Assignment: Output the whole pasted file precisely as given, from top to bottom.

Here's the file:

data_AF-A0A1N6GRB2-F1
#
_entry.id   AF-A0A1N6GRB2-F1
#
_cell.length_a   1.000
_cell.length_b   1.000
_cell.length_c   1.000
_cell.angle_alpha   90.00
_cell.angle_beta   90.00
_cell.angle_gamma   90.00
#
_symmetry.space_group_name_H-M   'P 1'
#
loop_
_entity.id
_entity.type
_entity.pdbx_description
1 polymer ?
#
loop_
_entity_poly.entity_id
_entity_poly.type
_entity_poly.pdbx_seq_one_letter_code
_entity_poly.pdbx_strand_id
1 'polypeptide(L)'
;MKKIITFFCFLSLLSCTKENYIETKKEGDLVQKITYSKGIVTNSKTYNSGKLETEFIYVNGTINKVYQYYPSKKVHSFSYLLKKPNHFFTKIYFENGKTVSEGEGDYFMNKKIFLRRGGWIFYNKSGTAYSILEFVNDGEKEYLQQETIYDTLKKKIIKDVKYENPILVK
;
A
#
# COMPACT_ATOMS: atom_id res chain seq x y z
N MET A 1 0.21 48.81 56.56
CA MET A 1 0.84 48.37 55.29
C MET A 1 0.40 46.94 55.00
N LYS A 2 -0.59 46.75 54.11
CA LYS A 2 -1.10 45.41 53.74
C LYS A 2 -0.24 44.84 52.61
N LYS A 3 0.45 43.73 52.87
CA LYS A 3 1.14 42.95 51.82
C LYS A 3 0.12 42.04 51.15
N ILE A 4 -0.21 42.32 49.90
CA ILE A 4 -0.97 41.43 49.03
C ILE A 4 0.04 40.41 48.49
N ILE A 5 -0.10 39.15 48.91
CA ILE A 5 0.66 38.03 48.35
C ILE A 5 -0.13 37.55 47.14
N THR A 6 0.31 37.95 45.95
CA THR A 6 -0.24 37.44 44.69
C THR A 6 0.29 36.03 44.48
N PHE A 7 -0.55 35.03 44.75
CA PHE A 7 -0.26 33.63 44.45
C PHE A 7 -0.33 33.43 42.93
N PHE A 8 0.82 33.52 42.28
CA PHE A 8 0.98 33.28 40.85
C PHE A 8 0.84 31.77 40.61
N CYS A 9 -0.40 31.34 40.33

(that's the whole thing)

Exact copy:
data_AF-A0A1N6GRB2-F1
#
_entry.id   AF-A0A1N6GRB2-F1
#
_cell.length_a   1.000
_cell.length_b   1.000
_cell.length_c   1.000
_cell.angle_alpha   90.00
_cell.angle_beta   90.00
_cell.angle_gamma   90.00
#
_symmetry.space_group_name_H-M   'P 1'
#
loop_
_entity.id
_entity.type
_entity.pdbx_description
1 polymer ?
#
loop_
_entity_poly.entity_id
_entity_poly.type
_entity_poly.pdbx_seq_one_letter_code
_entity_poly.pdbx_strand_id
1 'polypeptide(L)'
;MKKIITFFCFLSLLSCTKENYIETKKEGDLVQKITYSKGIVTNSKTYNSGKLETEFIYVNGTINKVYQYYPSKKVHSFSYLLKKPNHFFTKIYFENGKTVSEGEGDYFMNKKIFLRRGGWIFYNKSGTAYSILEFVNDGEKEYLQQETIYDTLKKKIIKDVKYENPILVK
;
A
#
# COMPACT_ATOMS: atom_id res chain seq x y z
N MET A 1 0.21 48.81 56.56
CA MET A 1 0.84 48.37 55.29
C MET A 1 0.40 46.94 55.00
N LYS A 2 -0.59 46.75 54.11
CA LYS A 2 -1.10 45.41 53.74
C LYS A 2 -0.24 44.84 52.61
N LYS A 3 0.45 43.73 52.87
CA LYS A 3 1.14 42.95 51.82
C LYS A 3 0.12 42.04 51.15
N ILE A 4 -0.21 42.32 49.90
CA ILE A 4 -0.97 41.43 49.03
C ILE A 4 0.04 40.41 48.49
N ILE A 5 -0.10 39.15 48.91
CA ILE A 5 0.66 38.03 48.35
C ILE A 5 -0.13 37.55 47.14
N THR A 6 0.31 37.95 45.95
CA THR A 6 -0.24 37.44 44.69
C THR A 6 0.29 36.03 44.48
N PHE A 7 -0.55 35.03 44.75
CA PHE A 7 -0.26 33.63 44.45
C PHE A 7 -0.33 33.43 42.93
N PHE A 8 0.82 33.52 42.28
CA PHE A 8 0.98 33.28 40.85
C PHE A 8 0.84 31.77 40.61
N CYS A 9 -0.40 31.34 40.33